The eve of destruction, the dawn of the future

Kaboom! Everything around you just blew up. Will you survive?


According to William Gibson, the future is already here. It’s just unevenly distributed.

Gibson believes the future is ever present. It’s spread about in particle form waiting for someone to piece it together. Given the persistent inter-connectivity of people through the giant digital network called the Internet, this piecing together – the work of innovation – now occurs very, very fast.

The shrapnel of progress has obliterated things we believed to be fixed objects. Music. News. Commerce. Services. A century of analog music recorded on tape and sold on vinyl has disappeared into the ether in less than a generation.

We will find no resting place.

This condition is both frightening and beautiful, like a George Romero movie.

Change is terrifying. But you can’t prevent it. So embrace it.

Everything is ripe for…


If you sold real estate between 1945 and 1995, your biggest challenges were mastering call waiting, learning how to shove a sheet of paper into a fax machine and leaving a message on voice mail.

Slow, turtle-like change.

Fast-forward 15 years. The social web. Pocket computing. Apps. Ambient connectivity.

Mind boggling stuff.

If you grok William Gibson, you ride these tides. If not, you kick against them, exhausting your energy fighting the inevitable.

There are a riders and fighters in real estate. The fighters still can’t nail a decent Website. Or market themselves effectively in a post-print world. They are drawn to every shiny new piece of cyber garbage. And they revile the riders.

This leads them to…

The eve of destruction

Lets place the puzzle pieces on the table.

Etsy, Taskrabbit, AirBnB, GetAround and Parkatmyhouse are among a raft of new companies upsetting the traditional car rental, vacation rental and flea markets. They connect strangers with strangers and make them comfortable doing business with each other.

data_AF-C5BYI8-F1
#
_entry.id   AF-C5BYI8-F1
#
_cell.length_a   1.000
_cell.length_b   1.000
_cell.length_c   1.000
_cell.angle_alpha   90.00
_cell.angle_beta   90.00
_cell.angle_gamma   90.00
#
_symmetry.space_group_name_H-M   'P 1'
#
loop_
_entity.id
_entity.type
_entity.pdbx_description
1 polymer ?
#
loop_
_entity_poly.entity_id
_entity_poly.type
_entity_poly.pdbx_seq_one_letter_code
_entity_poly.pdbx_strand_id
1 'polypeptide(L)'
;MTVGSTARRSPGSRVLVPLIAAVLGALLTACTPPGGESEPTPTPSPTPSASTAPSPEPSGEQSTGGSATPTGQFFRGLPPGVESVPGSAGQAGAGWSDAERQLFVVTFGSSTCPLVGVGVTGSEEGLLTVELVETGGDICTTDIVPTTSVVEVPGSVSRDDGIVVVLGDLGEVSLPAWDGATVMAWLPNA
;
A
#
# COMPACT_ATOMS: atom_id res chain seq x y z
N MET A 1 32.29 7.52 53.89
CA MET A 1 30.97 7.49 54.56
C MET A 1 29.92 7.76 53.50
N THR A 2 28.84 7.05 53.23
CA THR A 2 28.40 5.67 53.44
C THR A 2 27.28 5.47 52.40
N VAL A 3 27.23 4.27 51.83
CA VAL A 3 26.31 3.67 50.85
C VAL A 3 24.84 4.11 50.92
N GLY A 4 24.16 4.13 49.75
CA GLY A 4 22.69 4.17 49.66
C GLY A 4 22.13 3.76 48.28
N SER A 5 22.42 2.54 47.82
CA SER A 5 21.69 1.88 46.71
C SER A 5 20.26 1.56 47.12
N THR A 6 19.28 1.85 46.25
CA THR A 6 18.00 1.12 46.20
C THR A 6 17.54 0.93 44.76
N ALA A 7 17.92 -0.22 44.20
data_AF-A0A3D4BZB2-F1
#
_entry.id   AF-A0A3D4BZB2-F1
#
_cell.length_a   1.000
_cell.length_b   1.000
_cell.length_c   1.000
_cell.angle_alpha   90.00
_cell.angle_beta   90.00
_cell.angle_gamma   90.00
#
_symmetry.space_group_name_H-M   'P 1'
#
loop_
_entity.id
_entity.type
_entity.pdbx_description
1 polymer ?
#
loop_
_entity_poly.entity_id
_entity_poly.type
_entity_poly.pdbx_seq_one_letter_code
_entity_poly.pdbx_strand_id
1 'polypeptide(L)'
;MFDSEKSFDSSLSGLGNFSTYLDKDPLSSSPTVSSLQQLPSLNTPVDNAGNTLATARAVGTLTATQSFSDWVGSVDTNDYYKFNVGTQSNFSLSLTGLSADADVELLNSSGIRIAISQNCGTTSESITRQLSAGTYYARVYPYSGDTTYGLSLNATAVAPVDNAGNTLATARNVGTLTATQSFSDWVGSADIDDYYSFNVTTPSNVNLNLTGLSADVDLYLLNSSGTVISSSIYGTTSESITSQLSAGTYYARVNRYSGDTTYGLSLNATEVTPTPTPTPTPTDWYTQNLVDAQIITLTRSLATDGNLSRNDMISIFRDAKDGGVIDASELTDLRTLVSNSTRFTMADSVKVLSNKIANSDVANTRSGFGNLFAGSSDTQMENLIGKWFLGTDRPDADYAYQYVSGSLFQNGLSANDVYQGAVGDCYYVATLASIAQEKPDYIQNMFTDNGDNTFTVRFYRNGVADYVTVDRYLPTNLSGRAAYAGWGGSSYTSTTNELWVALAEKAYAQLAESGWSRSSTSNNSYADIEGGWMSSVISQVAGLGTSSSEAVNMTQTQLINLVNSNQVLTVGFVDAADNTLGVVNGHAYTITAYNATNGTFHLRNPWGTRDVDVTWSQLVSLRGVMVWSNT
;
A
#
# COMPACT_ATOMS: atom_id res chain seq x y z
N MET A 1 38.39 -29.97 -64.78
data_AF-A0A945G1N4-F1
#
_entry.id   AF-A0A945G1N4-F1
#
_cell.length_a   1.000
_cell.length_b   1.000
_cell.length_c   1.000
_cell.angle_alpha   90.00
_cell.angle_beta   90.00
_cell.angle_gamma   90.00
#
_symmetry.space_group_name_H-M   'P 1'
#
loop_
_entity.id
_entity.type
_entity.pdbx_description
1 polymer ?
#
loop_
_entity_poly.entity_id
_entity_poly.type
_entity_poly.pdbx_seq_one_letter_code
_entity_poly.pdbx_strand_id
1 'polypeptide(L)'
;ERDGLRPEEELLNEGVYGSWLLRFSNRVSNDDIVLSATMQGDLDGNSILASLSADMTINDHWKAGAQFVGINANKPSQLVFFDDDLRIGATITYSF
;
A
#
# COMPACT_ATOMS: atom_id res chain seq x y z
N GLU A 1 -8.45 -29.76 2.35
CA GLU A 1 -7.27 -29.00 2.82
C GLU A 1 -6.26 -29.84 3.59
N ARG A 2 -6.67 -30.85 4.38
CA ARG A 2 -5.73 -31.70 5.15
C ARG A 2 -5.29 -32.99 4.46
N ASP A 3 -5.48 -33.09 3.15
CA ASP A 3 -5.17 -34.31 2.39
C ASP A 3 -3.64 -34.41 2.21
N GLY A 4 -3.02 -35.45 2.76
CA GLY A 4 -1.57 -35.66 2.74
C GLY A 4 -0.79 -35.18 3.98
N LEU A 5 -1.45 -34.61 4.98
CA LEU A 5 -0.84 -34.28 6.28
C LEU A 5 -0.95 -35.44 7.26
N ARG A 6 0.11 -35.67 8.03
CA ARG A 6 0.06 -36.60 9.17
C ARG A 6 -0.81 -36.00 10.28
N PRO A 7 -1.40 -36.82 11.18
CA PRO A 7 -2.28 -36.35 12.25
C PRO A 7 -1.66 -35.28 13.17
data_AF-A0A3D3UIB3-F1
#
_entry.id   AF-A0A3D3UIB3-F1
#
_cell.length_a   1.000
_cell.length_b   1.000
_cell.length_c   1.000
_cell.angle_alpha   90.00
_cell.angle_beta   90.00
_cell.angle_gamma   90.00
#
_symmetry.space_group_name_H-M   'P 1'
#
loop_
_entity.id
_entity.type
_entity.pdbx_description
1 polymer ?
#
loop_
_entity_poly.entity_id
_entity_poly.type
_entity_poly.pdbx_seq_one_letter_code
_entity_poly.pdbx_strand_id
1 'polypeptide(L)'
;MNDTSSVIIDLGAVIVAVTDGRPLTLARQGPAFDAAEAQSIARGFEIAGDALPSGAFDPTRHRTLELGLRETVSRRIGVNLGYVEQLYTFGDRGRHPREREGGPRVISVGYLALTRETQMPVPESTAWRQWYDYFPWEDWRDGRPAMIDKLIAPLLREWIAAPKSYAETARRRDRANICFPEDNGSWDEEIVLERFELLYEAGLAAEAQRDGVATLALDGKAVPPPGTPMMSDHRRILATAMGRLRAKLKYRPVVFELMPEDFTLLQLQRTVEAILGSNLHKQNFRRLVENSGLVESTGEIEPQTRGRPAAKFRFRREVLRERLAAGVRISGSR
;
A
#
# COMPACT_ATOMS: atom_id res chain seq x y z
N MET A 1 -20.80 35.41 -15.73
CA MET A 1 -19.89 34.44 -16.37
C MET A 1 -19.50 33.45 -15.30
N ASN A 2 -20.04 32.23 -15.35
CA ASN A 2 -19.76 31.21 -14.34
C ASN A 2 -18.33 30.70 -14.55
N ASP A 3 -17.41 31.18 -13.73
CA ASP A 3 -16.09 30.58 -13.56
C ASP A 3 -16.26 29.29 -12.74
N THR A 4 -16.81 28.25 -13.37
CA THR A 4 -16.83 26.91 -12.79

Square and BankSimple are lobbing grenades at traditional banking.

Pirq delivers Seattle residents instantly redeemable retail discounts based on their location, effectively torpedoing the direct mail brochure and coupon book in the process.

Zuuvu, Klout and Kred are just the tips of a cultural and commercial iceberg that will make transactions between strangers more reliable.

StreetAdvisor, Nabewise and Everyblock are turning citizens into neighborhood reporters.

Peers communicating directly with peers. No bullshit.

2020 is eight years away. Is it so far-fetched to think that in eight years this tide will rise upon real estate’s shores?

If you believe the consumer will need the 1995 version of real estate brokerage in 2020, forget the Mayan Calendar… by that point your world will have ended.

The dawn of the future 

We believe there will always be a place for real estate professionals, and for the brands and brokers that support their work. But there will be fewer of them. Those that will be rocking in 2020 are piecing together the future right now.

The glimpses of tomorrow – all that crazy stuff I mentioned above – can be platforms you build or leverage. The zombies plodding outside your cabin door need not be terrifying if you walk out to great them. Look at those around you who fight against change, and increase their distance form your working life.

And keep in mind that the future can be more than something that happens to you. It can be something you build.


[Disclosure: StreetAdvisor is a 1000WATT Consulting client]